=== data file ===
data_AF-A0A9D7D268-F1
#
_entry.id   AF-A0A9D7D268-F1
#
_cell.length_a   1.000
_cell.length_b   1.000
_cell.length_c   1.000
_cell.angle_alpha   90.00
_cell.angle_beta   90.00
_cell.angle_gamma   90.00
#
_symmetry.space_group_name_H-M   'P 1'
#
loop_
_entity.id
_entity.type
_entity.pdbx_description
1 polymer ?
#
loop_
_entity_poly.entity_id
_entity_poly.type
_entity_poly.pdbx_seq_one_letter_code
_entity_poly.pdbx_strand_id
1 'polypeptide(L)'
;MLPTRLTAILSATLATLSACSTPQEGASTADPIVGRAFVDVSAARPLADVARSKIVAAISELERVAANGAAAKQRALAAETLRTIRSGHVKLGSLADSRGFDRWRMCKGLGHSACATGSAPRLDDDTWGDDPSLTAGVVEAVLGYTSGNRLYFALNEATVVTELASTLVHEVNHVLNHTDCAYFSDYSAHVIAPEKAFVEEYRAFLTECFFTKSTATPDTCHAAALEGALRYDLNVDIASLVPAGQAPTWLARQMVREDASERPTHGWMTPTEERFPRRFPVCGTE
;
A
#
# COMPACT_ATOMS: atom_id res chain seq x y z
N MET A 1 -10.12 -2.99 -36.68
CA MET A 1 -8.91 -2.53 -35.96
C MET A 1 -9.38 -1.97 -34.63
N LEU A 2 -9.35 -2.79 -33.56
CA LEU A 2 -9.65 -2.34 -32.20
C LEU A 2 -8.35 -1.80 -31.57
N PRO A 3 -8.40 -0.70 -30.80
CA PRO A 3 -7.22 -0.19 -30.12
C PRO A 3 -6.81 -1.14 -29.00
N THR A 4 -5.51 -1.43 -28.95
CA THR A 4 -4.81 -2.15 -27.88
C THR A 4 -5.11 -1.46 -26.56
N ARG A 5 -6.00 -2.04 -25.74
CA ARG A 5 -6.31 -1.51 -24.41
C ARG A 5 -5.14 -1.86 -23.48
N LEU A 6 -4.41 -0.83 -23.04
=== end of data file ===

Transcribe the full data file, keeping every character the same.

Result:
data_AF-A0A9D7D268-F1
#
_entry.id   AF-A0A9D7D268-F1
#
_cell.length_a   1.000
_cell.length_b   1.000
_cell.length_c   1.000
_cell.angle_alpha   90.00
_cell.angle_beta   90.00
_cell.angle_gamma   90.00
#
_symmetry.space_group_name_H-M   'P 1'
#
loop_
_entity.id
_entity.type
_entity.pdbx_description
1 polymer ?
#
loop_
_entity_poly.entity_id
_entity_poly.type
_entity_poly.pdbx_seq_one_letter_code
_entity_poly.pdbx_strand_id
1 'polypeptide(L)'
;MLPTRLTAILSATLATLSACSTPQEGASTADPIVGRAFVDVSAARPLADVARSKIVAAISELERVAANGAAAKQRALAAETLRTIRSGHVKLGSLADSRGFDRWRMCKGLGHSACATGSAPRLDDDTWGDDPSLTAGVVEAVLGYTSGNRLYFALNEATVVTELASTLVHEVNHVLNHTDCAYFSDYSAHVIAPEKAFVEEYRAFLTECFFTKSTATPDTCHAAALEGALRYDLNVDIASLVPAGQAPTWLARQMVREDASERPTHGWMTPTEERFPRRFPVCGTE
;
A
#
# COMPACT_ATOMS: atom_id res chain seq x y z
N MET A 1 -10.12 -2.99 -36.68
CA MET A 1 -8.91 -2.53 -35.96
C MET A 1 -9.38 -1.97 -34.63
N LEU A 2 -9.35 -2.79 -33.56
CA LEU A 2 -9.65 -2.34 -32.20
C LEU A 2 -8.35 -1.80 -31.57
N PRO A 3 -8.40 -0.70 -30.80
CA PRO A 3 -7.22 -0.19 -30.12
C PRO A 3 -6.81 -1.14 -29.00
N THR A 4 -5.51 -1.43 -28.95
CA THR A 4 -4.81 -2.15 -27.88
C THR A 4 -5.11 -1.46 -26.56
N ARG A 5 -6.00 -2.04 -25.74
CA ARG A 5 -6.31 -1.51 -24.41
C ARG A 5 -5.14 -1.86 -23.48
N LEU A 6 -4.41 -0.83 -23.04